When Pedro Sánchez asked the journalists who came to the Generalitat of Catalonia this Wednesday to limit themselves to interpreting his appointment with Pere Aragonès as a political gesture for history, he gave himself away, because that, the historical one, is the authentic value that he wanted to give to his inauguration of the ‘dialogue table’. Everything in this Prime Minister is oriented to the magnificence of his records. If the light goes up, he is the social vigilante who submits to the electricity companies to adjust the rate; if there is a pandemic, vaccination is better than in any country. And if a part of the nation wants to become independent from Spain, only he has the magic formula to redirect the challenge. From the words spoken this Wednesday by Sánchez, it can be inferred that his only interest is the aesthetic staging of what he once baptized as the “reunion agenda”, and to appear as the only president of our democracy capable of solving the secessionist blackmail since the dialogue. But for public purposes, everything is still a pantomime. Nobody really knows what they talked about, what real agenda they agreed on, or the times, or what agenda the next meeting will have, or when it will happen … Nothing.

The ‘dialogue table’ has only been the coverage of a propaganda act that hides from the Spaniards the authentic logbook that Sánchez and Aragonés have secretly agreed to support each other in power, one in Madrid and the other in Catalonia, without distorting the messages for their respective parishes, but at the same time without jeopardizing the alliance that the PSOE and ERC keep sealed. That is why Sánchez insisted, even with a visibly annoyed gesture, on demanding that no one ask him for a calendar to see results. “We will dialogue without haste, without pause and without deadlines,” he said verbatim. The conclusion is that, for the moment, Aragonès and Sánchez have agreed to buy time. And meanwhile, the Spaniards must be content to remain in the dark and on the sidelines of an opaque negotiation, but having to give value to the appointment, yes, for the mere fact that it was held.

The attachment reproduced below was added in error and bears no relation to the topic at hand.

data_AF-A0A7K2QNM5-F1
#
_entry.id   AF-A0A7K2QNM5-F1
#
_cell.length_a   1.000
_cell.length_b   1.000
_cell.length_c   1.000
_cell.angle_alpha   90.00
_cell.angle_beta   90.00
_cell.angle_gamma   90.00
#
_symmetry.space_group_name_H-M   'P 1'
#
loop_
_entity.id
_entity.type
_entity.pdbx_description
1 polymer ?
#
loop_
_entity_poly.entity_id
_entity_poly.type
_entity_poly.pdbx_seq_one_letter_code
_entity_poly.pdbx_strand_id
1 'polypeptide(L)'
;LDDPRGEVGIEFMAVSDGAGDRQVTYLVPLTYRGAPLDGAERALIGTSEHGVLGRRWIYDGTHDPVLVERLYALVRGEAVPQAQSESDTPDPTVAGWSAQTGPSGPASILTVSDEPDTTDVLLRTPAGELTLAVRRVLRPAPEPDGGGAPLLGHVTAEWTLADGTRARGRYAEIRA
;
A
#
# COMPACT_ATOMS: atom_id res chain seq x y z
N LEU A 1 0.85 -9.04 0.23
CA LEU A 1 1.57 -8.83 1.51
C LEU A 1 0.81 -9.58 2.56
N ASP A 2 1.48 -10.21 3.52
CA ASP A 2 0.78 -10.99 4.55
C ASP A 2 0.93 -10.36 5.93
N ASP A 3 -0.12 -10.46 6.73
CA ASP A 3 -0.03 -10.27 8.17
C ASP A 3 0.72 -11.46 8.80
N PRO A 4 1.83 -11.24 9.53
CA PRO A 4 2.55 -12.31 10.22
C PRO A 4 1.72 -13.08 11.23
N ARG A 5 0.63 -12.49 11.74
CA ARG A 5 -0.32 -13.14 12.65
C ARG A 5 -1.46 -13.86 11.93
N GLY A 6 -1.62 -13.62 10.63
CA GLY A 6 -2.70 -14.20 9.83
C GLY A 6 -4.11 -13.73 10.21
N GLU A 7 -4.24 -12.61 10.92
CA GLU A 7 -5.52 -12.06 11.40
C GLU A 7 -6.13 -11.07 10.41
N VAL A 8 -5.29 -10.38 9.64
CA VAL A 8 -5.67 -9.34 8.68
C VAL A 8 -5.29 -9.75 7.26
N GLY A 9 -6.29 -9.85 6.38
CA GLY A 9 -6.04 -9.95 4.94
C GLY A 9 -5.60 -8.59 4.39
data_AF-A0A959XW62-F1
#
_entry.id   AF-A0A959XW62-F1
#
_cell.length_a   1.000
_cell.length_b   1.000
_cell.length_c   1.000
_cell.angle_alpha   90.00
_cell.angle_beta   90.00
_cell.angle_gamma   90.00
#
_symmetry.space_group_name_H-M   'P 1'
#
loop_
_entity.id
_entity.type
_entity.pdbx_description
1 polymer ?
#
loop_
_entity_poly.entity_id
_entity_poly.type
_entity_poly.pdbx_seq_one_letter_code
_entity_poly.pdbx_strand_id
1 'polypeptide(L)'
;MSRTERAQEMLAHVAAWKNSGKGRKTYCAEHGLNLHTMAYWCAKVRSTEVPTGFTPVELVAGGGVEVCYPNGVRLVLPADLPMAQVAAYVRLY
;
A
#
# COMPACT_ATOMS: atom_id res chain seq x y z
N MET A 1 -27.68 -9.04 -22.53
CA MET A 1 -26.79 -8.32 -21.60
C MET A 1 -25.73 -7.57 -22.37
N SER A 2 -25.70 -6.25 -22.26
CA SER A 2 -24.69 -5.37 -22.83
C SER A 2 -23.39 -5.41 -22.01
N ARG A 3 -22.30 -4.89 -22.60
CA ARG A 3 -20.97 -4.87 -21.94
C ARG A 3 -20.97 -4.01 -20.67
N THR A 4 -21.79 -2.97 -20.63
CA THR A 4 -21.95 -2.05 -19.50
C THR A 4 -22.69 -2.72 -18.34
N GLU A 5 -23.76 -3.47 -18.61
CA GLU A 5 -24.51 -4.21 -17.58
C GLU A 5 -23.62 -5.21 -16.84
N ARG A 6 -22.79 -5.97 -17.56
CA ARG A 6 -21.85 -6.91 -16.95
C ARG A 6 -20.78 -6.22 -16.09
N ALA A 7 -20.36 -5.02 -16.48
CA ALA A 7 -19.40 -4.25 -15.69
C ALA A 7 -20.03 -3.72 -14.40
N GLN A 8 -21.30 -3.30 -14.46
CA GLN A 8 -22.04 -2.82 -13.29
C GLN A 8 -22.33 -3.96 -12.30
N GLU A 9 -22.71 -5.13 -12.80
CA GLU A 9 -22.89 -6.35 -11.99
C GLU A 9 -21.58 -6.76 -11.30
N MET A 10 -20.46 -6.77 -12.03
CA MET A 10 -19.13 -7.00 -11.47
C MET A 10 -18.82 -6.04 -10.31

If Sánchez insists, as he did again, that there cannot be a referendum on self-determination or an amnesty, and if Aragonès maintains just the opposite, logic says that the table should have been dissolved this Wednesday with a thunderous failure. And in the opposite direction, if the table and the dialogue are going to continue, and that is the express commitment of both, someone is lying. Aragonès’s call for “unity and perseverance” was very eloquent in that sense because Sánchez and the president of the Generalitat have made a common goal their own: to make profitable together the fracture of the independence movement for their own benefit. That is for the moment the only background of a negotiation in which Sánchez reserves the expansion of the El Prat airport as an ace up his sleeve, which remains stranded to the outrage of the Catalan business community and a large part of its citizens.

In the rest, the gesticulation of the appointment reveals much of how far Sánchez is really willing to give up. He participated in a scenography in which there were two heads of government as equals, he did so in the Palau de la Generalitat bowing before the flag of the autonomous community as if it were that of another nation, and spoke of “two presidents”, as if it were two instances at the same level. In short, a theatricality worthy of the umpteenth presidential photocall with which the Government tells Spaniards that they are a mere troupe and that, whatever Sánchez does, we must trust him because that is the only thing that is profitable for Spain.

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